Nowadays, fake news detection, which aims to verify whether a news document is trusted or fake, has become urgent and important. Most existing methods rely heavily on linguistic and semantic features from the news content, and fail to effectively exploit external knowledge which could help determine whether the news document is trusted. In this paper, we propose a novel end-to-end graph neural model called CompareNet, which compares the news to the knowledge base (KB) through entities for fake news detection. Considering that fake news detection is correlated with topics, we also incorporate topics to enrich the news representation. Specifically, we first construct a directed heterogeneous document graph for each news incorporating topics and entities. Based on the graph, we develop a heterogeneous graph attention network for learning the topic-enriched news representation as well as the contextual entity representations that encode the semantics of the news content. The contextual entity representations are then compared to the corresponding KB-based entity representations through a carefully designed entity comparison network, to capture the consistency between the news content and KB. Finally, the topic-enriched news representation combining the entity comparison features is fed into a fake news classifier. Experimental results on two benchmark datasets demonstrate that CompareNet significantly outperforms state-of-the-art methods.
With the explosion of news information, personalized news recommendation has become very important for users to quickly find their interested contents. Most existing methods usually learn the representations of users and news from news contents for recommendation. However, they seldom consider high-order connectivity underlying the user-news interactions. Moreover, existing methods failed to disentangle a user’s latent preference factors which cause her clicks on different news. In this paper, we model the user-news interactions as a bipartite graph and propose a novel Graph Neural News Recommendation model with Unsupervised Preference Disentanglement, named GNUD. Our model can encode high-order relationships into user and news representations by information propagation along the graph. Furthermore, the learned representations are disentangled with latent preference factors by a neighborhood routing algorithm, which can enhance expressiveness and interpretability. A preference regularizer is also designed to force each disentangled subspace to independently reflect an isolated preference, improving the quality of the disentangled representations. Experimental results on real-world news datasets demonstrate that our proposed model can effectively improve the performance of news recommendation and outperform state-of-the-art news recommendation methods.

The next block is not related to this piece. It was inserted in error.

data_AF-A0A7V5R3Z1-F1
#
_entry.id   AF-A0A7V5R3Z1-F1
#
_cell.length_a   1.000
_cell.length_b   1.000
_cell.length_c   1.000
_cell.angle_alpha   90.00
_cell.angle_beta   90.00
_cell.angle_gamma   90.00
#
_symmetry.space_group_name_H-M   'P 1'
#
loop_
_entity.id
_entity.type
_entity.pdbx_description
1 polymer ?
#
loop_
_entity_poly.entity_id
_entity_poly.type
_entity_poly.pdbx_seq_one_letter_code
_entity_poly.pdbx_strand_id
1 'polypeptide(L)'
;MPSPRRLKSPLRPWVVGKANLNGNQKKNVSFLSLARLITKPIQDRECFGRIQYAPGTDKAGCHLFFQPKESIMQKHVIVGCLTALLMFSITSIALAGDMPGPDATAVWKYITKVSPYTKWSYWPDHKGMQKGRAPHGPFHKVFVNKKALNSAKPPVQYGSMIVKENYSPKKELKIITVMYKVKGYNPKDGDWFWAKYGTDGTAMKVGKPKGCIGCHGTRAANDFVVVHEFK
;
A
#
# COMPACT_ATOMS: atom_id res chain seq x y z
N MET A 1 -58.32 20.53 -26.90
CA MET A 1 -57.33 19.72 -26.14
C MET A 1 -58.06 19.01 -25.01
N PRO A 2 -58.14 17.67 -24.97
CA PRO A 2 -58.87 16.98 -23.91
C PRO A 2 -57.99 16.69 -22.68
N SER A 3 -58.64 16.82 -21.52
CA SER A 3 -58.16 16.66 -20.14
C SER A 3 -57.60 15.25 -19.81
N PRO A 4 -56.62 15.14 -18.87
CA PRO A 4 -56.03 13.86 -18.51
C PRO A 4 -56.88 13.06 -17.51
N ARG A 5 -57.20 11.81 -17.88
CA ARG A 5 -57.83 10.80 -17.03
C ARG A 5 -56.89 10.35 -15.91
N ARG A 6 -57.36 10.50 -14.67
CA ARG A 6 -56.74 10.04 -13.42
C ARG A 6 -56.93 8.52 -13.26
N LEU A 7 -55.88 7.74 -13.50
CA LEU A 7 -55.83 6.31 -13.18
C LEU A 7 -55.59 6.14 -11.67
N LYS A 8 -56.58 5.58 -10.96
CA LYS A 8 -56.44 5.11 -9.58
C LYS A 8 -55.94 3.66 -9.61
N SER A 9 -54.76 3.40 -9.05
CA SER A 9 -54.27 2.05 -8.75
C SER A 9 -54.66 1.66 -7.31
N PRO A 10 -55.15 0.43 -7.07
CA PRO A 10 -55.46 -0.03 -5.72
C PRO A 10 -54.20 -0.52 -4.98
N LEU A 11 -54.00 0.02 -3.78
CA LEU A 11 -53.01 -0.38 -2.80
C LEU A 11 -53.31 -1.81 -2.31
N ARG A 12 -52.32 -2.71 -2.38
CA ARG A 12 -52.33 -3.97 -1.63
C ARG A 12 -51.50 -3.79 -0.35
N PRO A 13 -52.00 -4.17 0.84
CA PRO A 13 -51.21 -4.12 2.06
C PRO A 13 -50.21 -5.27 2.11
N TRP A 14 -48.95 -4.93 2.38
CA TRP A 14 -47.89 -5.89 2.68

Distantly-supervised relation extraction has proven to be effective to find relational facts from texts. However, the existing approaches treat labels as independent and meaningless one-hot vectors, which cause a loss of potential label information for selecting valid instances. In this paper, we propose a novel multi-layer attention-based model to improve relation extraction with joint label embedding. The model makes full use of both structural information from Knowledge Graphs and textual information from entity descriptions to learn label embeddings through gating integration while avoiding the imposed noise with an attention mechanism. Then the learned label embeddings are used as another atten- tion over the instances (whose embeddings are also enhanced with the entity descriptions) for improving relation extraction. Extensive experiments demonstrate that our model significantly outperforms state-of-the-art methods.
Short text classification has found rich and critical applications in news and tweet tagging to help users find relevant information. Due to lack of labeled training data in many practical use cases, there is a pressing need for studying semi-supervised short text classification. Most existing studies focus on long texts and achieve unsatisfactory performance on short texts due to the sparsity and limited labeled data. In this paper, we propose a novel heterogeneous graph neural network based method for semi-supervised short text classification, leveraging full advantage of few labeled data and large unlabeled data through information propagation along the graph. In particular, we first present a flexible HIN (heterogeneous information network) framework for modeling the short texts, which can integrate any type of additional information as well as capture their relations to address the semantic sparsity. Then, we propose Heterogeneous Graph ATtention networks (HGAT) to embed the HIN for short text classification based on a dual-level attention mechanism, including node-level and type-level attentions. The attention mechanism can learn the importance of different neighboring nodes as well as the importance of different node (information) types to a current node. Extensive experimental results have demonstrated that our proposed model outperforms state-of-the-art methods across six benchmark datasets significantly.